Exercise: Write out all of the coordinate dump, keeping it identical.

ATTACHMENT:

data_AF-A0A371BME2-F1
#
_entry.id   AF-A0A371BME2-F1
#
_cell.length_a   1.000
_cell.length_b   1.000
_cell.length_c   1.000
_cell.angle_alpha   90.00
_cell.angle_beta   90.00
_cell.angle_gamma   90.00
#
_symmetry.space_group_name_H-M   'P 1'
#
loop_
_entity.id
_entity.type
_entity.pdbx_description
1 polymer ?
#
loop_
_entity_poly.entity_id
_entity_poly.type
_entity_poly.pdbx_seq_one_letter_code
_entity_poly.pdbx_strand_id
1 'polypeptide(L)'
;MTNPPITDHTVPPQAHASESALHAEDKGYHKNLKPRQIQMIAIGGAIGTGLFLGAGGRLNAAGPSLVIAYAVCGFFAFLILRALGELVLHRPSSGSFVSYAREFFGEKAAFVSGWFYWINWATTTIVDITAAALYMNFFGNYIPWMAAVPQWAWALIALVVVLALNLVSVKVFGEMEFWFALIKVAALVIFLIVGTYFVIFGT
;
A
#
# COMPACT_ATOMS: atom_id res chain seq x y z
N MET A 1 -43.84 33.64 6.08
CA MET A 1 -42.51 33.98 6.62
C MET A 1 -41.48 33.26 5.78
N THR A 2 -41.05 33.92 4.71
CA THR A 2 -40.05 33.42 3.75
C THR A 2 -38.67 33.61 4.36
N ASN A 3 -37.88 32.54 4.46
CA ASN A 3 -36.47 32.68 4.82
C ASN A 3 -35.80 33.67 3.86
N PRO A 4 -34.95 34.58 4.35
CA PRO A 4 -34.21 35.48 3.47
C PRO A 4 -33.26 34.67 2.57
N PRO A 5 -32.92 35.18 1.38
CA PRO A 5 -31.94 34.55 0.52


data_AF-A0A371BME2-F1
#
_entry.id   AF-A0A371BME2-F1
#
_cell.length_a   1.000
_cell.length_b   1.000
_cell.length_c   1.000
_cell.angle_alpha   90.00
_cell.angle_beta   90.00
_cell.angle_gamma   90.00
#
_symmetry.space_group_name_H-M   'P 1'
#
loop_
_entity.id
_entity.type
_entity.pdbx_description
1 polymer ?
#
loop_
_entity_poly.entity_id
_entity_poly.type
_entity_poly.pdbx_seq_one_letter_code
_entity_poly.pdbx_strand_id
1 'polypeptide(L)'
;MTNPPITDHTVPPQAHASESALHAEDKGYHKNLKPRQIQMIAIGGAIGTGLFLGAGGRLNAAGPSLVIAYAVCGFFAFLILRALGELVLHRPSSGSFVSYAREFFGEKAAFVSGWFYWINWATTTIVDITAAALYMNFFGNYIPWMAAVPQWAWALIALVVVLALNLVSVKVFGEMEFWFALIKVAALVIFLIVGTYFVIFGT
;
A
#
# COMPACT_ATOMS: atom_id res chain seq x y z
N MET A 1 -43.84 33.64 6.08
CA MET A 1 -42.51 33.98 6.62
C MET A 1 -41.48 33.26 5.78
N THR A 2 -41.05 33.92 4.71
CA THR A 2 -40.05 33.42 3.75
C THR A 2 -38.67 33.61 4.36
N ASN A 3 -37.88 32.54 4.46
CA ASN A 3 -36.47 32.68 4.82
C ASN A 3 -35.80 33.67 3.86
N PRO A 4 -34.95 34.58 4.35
CA PRO A 4 -34.21 35.48 3.47
C PRO A 4 -33.26 34.67 2.57
N PRO A 5 -32.92 35.18 1.38
CA PRO A 5 -31.94 34.55 0.52